The Beat The Price New Car Demand Index for December 2019 reflects the nervousness in the local car market as load shedding knocks business confidence and recession looms. Although December 2019 was an excellent month for Beat The Price, with the highest number of requests for a single month in our history, our top 20 was dominated by more affordable models.
The twenty most requested models* in December 2019 were:
- Volkswagen Polo
- Volkswagen Polo Vivo
- Hyundai i20
- Renault Kwid
- Kia Picanto
- Toyota Etios
- Ford Figo
- Hyundai Grand i10
- Kia Rio
- Haval H2
- Toyota Avanza
- Ford Ranger
- Toyota Hilux
- Volkswagen Golf
- Toyota Corolla
- Ford EcoSport
- Ford Fiesta
- Renault Clio
- Toyota Corolla Quest
- Volkswagen T-Cross
New car buyers have an eye on the economy
One of the strengths of the New Car Demand Index is that it captures the purchasing intentions (and ambitions) of a wide range of South Africans. We receive requests from everyone from emerging middle-class consumers in cities to older retirees living on golf estates along the coast. As such the Index is usually a mix of “sensible” and “fun” - with both entry-level workhorses and luxury models making an appearance.
The December 2019 edition of the Index has swung decidedly in favour of “sensible”. Three-quarters of this month’s list are affordable, reliable compact models like the Hyundai i20, the Ford Figo and the new Toyota Corolla Quest.
Even the “fun” models tend towards affordability. The entry-level Renault Kwid costs less than R150,000 and the Haval H2 starts at R260,000. In fact the only car in this month’s Top 20 priced above R400,000 is the Toyota Hilux - not exactly a luxury vehicle!
Renault has managed to maintain the Kwid's affordability whilst adding flair and oomph to the new version...
Imran Salie 3 Dec 2019
The average price of our Top 20 is now under R250,000 - the lowest it has ever been. Given that our requests have continued growing, we conclude that consumers are still buying new cars - they are just choosing more affordable models. Whether this trend continues depends very much on how the economy fares in 2020.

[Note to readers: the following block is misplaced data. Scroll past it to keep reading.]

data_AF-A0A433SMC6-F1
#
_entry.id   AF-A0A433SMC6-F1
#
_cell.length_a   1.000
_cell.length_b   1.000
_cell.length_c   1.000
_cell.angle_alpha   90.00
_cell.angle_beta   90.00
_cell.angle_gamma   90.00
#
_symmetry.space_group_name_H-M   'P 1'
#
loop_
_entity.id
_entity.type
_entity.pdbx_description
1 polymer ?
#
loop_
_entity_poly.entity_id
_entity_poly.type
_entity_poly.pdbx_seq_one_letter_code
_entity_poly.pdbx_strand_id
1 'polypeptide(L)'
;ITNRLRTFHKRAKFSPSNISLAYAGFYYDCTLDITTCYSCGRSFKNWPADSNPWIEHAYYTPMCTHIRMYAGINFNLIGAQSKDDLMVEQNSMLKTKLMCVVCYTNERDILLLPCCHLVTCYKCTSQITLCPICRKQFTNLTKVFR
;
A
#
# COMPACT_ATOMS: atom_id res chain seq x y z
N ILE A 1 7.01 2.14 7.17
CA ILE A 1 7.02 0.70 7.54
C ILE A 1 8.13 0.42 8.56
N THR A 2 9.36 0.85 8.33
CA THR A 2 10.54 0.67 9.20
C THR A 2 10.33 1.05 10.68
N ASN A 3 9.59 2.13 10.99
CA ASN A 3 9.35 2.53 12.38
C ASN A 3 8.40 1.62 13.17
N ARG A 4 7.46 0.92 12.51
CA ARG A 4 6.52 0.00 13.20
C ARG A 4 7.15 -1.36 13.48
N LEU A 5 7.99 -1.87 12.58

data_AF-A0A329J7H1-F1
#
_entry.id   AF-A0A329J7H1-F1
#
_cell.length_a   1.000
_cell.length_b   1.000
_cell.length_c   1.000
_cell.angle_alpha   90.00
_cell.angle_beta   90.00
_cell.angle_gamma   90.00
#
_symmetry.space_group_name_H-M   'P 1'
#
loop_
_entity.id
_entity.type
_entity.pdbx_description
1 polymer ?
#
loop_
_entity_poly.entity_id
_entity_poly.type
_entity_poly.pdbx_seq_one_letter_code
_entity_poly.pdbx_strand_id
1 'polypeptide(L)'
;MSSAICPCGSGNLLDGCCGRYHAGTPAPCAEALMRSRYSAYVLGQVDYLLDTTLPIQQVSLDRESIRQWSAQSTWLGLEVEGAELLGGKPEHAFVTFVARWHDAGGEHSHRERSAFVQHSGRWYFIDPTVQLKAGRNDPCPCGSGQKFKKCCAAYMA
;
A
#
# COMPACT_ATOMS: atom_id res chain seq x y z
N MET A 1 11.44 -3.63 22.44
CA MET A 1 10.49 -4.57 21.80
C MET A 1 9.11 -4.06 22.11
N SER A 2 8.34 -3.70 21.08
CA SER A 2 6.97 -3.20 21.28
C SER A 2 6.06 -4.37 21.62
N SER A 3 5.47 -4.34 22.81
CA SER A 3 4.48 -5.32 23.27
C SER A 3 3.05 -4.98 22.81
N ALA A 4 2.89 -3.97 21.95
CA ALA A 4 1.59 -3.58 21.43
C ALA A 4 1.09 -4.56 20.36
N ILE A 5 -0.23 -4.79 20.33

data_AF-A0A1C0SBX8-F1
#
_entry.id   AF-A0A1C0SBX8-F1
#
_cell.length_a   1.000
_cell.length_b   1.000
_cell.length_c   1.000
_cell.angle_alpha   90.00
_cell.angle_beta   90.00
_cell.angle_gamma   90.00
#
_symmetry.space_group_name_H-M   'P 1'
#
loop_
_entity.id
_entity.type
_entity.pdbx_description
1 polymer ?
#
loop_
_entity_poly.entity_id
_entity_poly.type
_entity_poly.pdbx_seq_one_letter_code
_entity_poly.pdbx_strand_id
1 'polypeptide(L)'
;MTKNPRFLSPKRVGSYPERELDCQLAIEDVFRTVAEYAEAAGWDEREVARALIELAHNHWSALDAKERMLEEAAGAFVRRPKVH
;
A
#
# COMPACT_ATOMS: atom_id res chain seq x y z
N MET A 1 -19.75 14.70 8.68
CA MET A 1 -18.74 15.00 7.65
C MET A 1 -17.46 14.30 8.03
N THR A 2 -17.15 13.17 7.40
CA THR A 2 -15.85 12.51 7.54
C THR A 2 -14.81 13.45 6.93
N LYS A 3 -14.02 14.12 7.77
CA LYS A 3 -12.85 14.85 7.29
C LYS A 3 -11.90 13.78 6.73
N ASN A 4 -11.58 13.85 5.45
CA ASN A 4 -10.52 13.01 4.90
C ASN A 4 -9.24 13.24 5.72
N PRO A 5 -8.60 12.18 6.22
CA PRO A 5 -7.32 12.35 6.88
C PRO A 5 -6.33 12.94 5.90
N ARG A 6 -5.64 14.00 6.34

First impressions count, but availability counts more
An interesting trend over the last three months is the rapid rise and then fall of requests for the new VW T-Cross. The new compact SUV was the 10th most requested car in October but fell to 17th in November and is now in the 20th spot.
The VW T-Cross was first shown to the media a few weeks ago at the Festival of Motoring at Kyalami...
Naresh Maharaj 1 Oct 2019
This suggests that VW’s initial burst of marketing was extremely successful. Launching a completely new model that catches people’s attention is not easy in the crowded markets of the 21st century.
However, the rapid decline in interest is definitely related to the severe stock shortages for the T-Cross, which is likely to be in short supply right through to February. Getting people excited about a new model is vital - but being able to meet that demand is just as important.
Preferences vs. sales
Beat the Price offers a unique insight into the preferences of South African car buyers because it captures their initial preferences, rather than the vehicle they eventually settle for. If we compare the list above to the Naamsa figures
, we see some marked differences.
Although the Naamsa sales figures are an invaluable resource for tracking the market, they are less useful for forecasting and tracking consumer demand for brands and models. This is because:
- The sales figures include sales to large organisations (such as rental agencies and corporate fleets), which significantly distort the trends and are largely unaffected by marketing
- Sales do not always reflect initial preferences. Many consumers end up “settling” for a different model or even a different brand because of problems with availability or financing
- Car sales tend to lag marketing efforts significantly because of the longer purchase cycle for consumer vehicles. Beat The Price’s stats reflect underlying preferences and future car buying intentions.
Why no Ferraris?
As a free online service, you might expect that Beat The Price is flooded with requests for high-end luxury vehicles. Fortunately, this is not the case. Our customers tend to be serious, practical and focussed on good value for money. In other words, ordinary working South Africans, many of them from the emerging middle class. *
- This list combines model variants by engine capacity.
- The data underlying this list represents a statistically significant sample of national car sales (at 95% confidence)
- The standard Naamsa stats include trucks and other heavier vehicles. Be sure to click the “Passenger” tab when looking at their monthly Flash reports to get a more accurate view of the consumer car market.